Simple Tip: Take long exhales and slow down your breathing. Basically, breathe but breathe less.
4. Optimal Breath: “It turns out that the most efficient breathing rhythm occurred when both the length of respirations and total breaths per minute were locked in to a spooky symmetry: 5.5-second inhales followed by 5.5-second exhales, which works out almost exactly to 5.5 breaths a minute.” This is the pattern of chanting of Om, rosary, chanting of common Buddhist mantras and many other ancient rituals.
5. Secret to Youthful Face is Chewing: “What?!”, you say again. This was definitely new one for me. Here is verbatim from Nestor’s book:
‘Unlike other bones in the body, the bone that makes up the center of the face, called the maxilla, is made of a membrane bone that’s highly plastic. The maxilla can remodel and grow more dense into our 70s, and likely longer. “You, me, whoever—we can grow bone at any age,” Belfor told me. All we need are stem cells. And the way we produce and signal stem cells to build more maxilla bone in the face is by engaging the masseter—by clamping down on the back molars over and over.’
Simple Tip: Find excuses to chew with back molar as often as you can. There you go – 32 chews per bite that mom told us is validated by science now.
6. Hold your Breath to Eliminate Anxiety and Fear:
“…All this suggests that for the past hundred years psychologists may have been treating chronic fears, and all the anxieties that come with them, in the wrong way. Fears weren’t just a mental problem, and they couldn’t be treated by simply getting patients to think differently. Fears and anxiety had a physical manifestation, too. They could be generated from outside the amygdalae, from within a more ancient part of the reptilian brain.
Eighteen percent of Americans suffer from some form of anxiety or panic, with these numbers rising every year. Perhaps the best step in treating them, and hundreds of millions of others around the world, was by first conditioning the central chemoreceptors and the rest of the brain to become more flexible to carbon dioxide levels. By teaching anxious people the art of holding their breath.”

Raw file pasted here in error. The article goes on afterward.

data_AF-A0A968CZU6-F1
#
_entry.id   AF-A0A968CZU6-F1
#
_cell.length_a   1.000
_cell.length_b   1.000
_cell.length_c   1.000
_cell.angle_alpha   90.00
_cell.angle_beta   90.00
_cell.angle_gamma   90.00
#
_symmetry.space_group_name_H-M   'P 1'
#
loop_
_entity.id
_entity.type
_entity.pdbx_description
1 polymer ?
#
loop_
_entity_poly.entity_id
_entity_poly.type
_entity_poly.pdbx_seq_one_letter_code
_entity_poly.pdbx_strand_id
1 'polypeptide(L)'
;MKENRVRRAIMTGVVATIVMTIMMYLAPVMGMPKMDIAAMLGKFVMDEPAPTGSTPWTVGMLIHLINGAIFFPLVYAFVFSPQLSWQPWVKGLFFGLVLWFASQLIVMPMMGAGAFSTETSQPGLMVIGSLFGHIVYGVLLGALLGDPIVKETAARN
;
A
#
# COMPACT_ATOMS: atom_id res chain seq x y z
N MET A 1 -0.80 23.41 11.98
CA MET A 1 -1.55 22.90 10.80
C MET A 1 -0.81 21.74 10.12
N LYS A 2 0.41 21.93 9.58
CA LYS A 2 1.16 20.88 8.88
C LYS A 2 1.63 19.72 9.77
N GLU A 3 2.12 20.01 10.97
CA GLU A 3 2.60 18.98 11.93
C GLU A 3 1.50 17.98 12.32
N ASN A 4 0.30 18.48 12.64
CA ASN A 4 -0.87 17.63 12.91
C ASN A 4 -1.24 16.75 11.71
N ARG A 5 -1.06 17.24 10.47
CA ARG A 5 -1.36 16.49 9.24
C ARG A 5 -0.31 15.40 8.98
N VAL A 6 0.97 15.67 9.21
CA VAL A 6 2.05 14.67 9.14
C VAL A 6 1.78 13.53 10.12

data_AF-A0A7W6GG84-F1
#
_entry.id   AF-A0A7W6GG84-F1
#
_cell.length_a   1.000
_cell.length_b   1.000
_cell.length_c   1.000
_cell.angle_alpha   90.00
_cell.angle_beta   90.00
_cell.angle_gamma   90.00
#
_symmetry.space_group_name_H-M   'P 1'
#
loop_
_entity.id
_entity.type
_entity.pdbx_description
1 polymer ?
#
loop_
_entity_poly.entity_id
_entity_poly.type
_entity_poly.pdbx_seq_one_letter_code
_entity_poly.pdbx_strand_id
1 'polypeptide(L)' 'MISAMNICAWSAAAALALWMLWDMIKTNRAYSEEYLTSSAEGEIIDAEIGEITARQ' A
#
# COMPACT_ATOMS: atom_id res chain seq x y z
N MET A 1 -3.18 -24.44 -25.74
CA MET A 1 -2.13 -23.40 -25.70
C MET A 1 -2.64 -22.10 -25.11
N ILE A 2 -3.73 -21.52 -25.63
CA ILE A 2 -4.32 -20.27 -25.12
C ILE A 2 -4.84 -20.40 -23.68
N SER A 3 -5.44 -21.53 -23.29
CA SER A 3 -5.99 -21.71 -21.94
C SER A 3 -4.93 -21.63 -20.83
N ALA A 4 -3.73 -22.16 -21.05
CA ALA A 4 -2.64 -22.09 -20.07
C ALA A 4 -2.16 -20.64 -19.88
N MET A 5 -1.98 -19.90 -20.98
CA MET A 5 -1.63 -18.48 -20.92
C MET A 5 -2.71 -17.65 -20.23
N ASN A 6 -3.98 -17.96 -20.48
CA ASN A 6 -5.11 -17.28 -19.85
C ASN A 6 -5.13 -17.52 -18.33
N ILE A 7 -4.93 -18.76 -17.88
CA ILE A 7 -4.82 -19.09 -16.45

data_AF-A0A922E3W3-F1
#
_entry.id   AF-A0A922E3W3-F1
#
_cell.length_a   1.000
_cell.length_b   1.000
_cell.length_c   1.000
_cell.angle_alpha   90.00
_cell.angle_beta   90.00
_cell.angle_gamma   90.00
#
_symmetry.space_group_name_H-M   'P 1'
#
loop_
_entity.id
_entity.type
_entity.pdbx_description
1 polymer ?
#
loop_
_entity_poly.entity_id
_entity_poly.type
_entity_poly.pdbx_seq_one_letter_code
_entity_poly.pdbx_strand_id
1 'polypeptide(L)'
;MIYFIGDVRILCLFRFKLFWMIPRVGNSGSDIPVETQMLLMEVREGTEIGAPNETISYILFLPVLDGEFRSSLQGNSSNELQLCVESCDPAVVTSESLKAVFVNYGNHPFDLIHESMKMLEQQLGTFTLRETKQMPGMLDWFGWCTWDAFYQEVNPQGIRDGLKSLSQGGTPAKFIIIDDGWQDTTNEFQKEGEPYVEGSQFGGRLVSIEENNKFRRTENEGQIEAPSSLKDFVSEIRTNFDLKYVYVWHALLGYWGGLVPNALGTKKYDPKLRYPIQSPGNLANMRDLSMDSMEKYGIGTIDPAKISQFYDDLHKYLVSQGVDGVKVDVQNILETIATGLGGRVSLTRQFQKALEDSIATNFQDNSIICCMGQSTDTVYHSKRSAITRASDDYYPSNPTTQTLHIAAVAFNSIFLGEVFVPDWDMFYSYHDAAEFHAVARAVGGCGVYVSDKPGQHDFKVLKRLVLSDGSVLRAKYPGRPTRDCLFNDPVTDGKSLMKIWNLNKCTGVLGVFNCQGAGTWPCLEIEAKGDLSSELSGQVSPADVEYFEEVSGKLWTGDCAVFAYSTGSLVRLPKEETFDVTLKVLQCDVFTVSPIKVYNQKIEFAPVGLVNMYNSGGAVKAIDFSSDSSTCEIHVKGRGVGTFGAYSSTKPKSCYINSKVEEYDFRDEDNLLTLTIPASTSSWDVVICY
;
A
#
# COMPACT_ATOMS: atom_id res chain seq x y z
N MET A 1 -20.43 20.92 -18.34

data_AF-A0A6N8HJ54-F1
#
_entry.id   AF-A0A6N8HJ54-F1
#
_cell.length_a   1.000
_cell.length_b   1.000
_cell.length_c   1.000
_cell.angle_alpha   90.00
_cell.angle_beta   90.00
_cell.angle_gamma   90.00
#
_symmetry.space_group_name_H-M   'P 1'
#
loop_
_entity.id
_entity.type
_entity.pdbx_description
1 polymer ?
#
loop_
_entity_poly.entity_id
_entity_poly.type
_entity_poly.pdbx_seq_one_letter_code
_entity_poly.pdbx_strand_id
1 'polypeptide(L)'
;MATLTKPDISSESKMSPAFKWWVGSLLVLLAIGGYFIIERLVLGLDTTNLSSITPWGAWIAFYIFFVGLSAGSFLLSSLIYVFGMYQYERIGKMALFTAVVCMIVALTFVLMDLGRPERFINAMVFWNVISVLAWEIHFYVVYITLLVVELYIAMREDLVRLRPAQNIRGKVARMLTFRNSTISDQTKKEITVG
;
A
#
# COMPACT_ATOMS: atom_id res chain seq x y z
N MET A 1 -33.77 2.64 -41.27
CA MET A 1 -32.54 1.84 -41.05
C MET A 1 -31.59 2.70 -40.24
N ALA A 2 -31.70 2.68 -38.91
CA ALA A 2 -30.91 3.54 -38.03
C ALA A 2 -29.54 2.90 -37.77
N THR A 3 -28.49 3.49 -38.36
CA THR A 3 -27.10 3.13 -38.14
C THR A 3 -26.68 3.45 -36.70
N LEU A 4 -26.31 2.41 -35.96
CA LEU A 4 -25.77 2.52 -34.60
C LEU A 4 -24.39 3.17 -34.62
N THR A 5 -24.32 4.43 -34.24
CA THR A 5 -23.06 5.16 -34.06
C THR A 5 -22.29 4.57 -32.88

Simple Tip: To calm your anxiety don’t just take a deep breath, HOLD your breath.
Bottom Line: The book has a lot more to offer, but here are some nuggets in summary:
- Tape you mouth shut when you are sleeping. Really!! It will improve your sleep and give you all benefits that good sleep does
- You can trigger sympathetic or parasympathetic nervous systems by simply breathing through your right nose or left nose
- Take long exhales and slow down your breathing. Basically, breathe but breathe less.
- Optimal breath is: 5.5-second inhales followed by 5.5-second exhales, which works out almost exactly to 5.5 breaths a minute.
- Find excuses to chew with back molar as often as you can.
- To calm your anxiety don’t just take a deep breath, HOLD your breath.
What do you think?
Have you explored different ways of breathing?
What worked or not worked for you?
What benefits or difficulties have you faced due to proper or improper breathing?
I and the readers of this blog would love to hear from you and learn from you.
Please click on Comment to leave your comments or question so others can benefit from your input.
Michael Jansen Jr. said:
Interesting article as usual. I do some Kumbaka, Holding the breath in on the in stroking out on the out stroke. Changing nostrils. It’s supposed to be the ultimate pranayama. I notice it’s especially effective when I’m walking through the pesticide aisle at Home Depot. I can just push the air out of my lungs and hold without too much problem for a half a minute or so. Otherwise, you have to take a breath and hold and then you’re holding the toxins inside of you while you are walking through the aisle. The hold on the out stroke is a little bit challenging at first because the body just doesn’t want to do it.
Holding breath on the out-breath when you don’t wish to inhale the surrounding air is very interesting idea.
Thanks for sharing Michael.